Daniel Gallant is a former white supremacist and a practicing Social Worker that is currently studying law. Most recently Daniel Gallant was interviewed on this topic by the Montreal Gazette.
Letter to the Editor
President-Elect Donald Trump.
Successful in his presidential campaign, 2016, Trump has enshrined and emulated living controversies from the depths of American society’s psyche. He has advocated and capitalized upon angst of many citizen’s valid grievances against the state. Additionally, Trump has echoed the long standing American right wing rhetoric; many of his statements can only be described as discriminatory and bigoted. Much of the commentary from Trump, echoes that of the extreme far right.
There is no doubt that many people echo sentiments, similar to that expressed by the likes of the KKK, and David Duke. Right wing extremists have proclaimed that it is their vote that succeeded the Trump vote. A question remains: is this true?
What we know, as evidenced through a plethora of academic research, theorizing and confirming that our Americas (namely Canada and USA) are built upon capitalist precepts that include white supremacy.
The privilege gained by the dominant society has been attained and maintained through injustices served upon the other(s). Our system is historically white supremacist and classist, some will claim a cultural predation and law entrenched in arcane supremacist doctrines. While others emphasizing that the power belongs to the nations descendants; albeit missing the context of indigenous peoples. Perhaps, the most intense shock for Trump’s critics is that merely the point that America is not all that different than it’s ever been.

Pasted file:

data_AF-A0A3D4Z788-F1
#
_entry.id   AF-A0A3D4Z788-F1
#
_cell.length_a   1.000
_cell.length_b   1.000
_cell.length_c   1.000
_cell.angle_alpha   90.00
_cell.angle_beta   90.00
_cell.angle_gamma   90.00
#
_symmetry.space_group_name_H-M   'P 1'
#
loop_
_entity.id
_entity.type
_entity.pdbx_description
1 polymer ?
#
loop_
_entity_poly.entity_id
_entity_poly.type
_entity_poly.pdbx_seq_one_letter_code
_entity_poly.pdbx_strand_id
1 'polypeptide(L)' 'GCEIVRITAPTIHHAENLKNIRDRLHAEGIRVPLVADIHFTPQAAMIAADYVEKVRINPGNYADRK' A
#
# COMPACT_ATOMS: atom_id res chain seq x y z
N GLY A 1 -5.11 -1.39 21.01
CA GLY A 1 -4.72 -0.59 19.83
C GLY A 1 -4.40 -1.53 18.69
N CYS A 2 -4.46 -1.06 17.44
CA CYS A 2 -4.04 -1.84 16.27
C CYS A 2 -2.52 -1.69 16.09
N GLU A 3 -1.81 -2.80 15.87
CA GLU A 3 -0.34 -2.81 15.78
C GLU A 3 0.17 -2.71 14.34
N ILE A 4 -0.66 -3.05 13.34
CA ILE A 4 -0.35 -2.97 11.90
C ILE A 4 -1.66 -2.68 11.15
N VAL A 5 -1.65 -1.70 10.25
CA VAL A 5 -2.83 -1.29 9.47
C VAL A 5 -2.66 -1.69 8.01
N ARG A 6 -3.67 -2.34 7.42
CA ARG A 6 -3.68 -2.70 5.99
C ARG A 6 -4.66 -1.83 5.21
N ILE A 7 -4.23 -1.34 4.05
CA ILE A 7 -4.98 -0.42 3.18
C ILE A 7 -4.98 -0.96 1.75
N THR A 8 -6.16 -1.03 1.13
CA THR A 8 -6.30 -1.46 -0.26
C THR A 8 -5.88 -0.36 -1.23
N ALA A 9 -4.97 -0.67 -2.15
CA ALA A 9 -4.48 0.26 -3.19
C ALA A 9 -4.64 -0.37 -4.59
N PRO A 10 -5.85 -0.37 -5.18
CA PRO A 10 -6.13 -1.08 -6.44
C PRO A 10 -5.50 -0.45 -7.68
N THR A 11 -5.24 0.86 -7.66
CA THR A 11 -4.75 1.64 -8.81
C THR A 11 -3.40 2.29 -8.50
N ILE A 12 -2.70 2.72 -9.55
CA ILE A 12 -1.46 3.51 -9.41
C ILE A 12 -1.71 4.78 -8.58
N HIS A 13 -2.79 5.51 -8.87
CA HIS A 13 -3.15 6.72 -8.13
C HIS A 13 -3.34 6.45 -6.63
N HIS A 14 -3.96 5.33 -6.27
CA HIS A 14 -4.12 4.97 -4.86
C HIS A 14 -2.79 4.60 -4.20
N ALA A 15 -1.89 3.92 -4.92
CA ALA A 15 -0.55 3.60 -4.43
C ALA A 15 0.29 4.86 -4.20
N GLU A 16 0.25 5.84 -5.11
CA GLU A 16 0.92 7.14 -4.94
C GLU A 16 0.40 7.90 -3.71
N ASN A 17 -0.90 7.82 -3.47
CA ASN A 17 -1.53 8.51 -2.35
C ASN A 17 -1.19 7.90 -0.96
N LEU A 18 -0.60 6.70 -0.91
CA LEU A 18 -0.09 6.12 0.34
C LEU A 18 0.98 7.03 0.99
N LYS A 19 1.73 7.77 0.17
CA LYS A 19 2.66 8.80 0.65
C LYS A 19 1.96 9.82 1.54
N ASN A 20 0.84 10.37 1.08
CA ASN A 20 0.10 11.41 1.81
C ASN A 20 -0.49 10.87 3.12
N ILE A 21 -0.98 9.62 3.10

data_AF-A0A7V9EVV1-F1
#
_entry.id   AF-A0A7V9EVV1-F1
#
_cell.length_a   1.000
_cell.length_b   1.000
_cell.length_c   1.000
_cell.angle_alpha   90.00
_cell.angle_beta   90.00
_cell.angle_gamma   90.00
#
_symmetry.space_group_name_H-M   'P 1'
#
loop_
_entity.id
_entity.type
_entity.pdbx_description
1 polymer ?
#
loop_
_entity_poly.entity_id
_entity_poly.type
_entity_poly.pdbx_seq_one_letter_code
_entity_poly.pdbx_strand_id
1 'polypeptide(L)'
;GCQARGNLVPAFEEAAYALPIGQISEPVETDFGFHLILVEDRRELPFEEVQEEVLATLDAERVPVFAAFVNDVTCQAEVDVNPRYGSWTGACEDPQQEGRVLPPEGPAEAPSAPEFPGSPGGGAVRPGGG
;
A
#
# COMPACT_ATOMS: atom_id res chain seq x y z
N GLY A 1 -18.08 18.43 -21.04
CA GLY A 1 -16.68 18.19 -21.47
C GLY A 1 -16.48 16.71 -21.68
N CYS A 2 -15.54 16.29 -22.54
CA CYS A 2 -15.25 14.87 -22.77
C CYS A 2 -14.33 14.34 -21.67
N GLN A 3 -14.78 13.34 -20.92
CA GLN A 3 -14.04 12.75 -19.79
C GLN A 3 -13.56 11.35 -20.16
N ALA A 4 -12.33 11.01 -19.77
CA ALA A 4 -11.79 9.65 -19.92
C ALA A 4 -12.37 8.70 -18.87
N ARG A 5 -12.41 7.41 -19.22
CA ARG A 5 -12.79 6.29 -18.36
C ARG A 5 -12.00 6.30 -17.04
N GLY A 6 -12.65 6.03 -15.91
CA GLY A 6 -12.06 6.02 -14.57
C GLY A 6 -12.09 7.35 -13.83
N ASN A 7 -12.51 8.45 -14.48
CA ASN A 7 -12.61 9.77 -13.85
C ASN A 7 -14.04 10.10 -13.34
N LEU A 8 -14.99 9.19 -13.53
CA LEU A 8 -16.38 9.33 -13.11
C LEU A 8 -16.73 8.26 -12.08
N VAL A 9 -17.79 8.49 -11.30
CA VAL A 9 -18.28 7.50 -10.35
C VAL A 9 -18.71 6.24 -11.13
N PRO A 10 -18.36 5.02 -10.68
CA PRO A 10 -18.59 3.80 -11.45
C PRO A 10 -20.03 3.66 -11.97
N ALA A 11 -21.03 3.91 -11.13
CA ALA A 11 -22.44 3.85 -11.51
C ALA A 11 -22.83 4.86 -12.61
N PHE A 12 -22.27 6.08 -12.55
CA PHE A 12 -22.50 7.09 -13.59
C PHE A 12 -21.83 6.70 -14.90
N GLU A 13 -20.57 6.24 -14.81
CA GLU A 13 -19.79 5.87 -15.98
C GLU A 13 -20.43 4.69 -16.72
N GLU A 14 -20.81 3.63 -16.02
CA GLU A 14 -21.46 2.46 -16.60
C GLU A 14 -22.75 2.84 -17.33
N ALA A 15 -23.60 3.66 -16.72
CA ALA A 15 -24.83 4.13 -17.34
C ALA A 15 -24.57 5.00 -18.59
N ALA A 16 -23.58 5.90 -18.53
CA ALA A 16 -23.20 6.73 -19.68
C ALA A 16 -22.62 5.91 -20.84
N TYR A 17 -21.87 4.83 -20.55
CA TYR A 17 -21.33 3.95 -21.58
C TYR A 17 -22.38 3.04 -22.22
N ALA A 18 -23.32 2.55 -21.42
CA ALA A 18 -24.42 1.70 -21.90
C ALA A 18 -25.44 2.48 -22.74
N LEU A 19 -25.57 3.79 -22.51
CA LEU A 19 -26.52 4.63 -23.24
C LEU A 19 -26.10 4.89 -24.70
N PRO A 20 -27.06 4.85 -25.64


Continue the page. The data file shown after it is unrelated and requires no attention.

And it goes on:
While, the KKK may not have directly affected the voting majority per se, it is known that Klan’s (and kin networks) message is directly aligned with the ideological construct of Trump’s campaign, and the collective conscious of the voting majority in the USA. This was not ideologically distinguished from that of the Harper-era in Canada. In many contexts and applications of politic, the violent right wing extremist ideology and doctrine (e.g. KKK) is cut from the literal same social fabric as is Trump and his voting majority. This is not to say that all Trump voters are white supremacist. However, it is fair to argue that the absorption of collective consciousness has become what was white supremacist and could now be legitimately concluded as mono-ethno-centric in construct. This ethno-centric trend espouses hatred, on both the left and right wing majority and fringes.
Those identified as the left wing, often believe our societies have progressed away from racism and other arcane political practices. We only need to see the manifestation of the 2016 campaign to understand this is not true. The right wing proclaims the left wing is as bad, or worse, than the right wing; that the left wing who claim to be anti-fascist are demonstrating attributes of fascism themselves. Both, left and right, have turned into ugly polarizations of the other. Violence is brought forth, emerged, from both narratives, but there is a simple solution: building upon common ground through human relationships.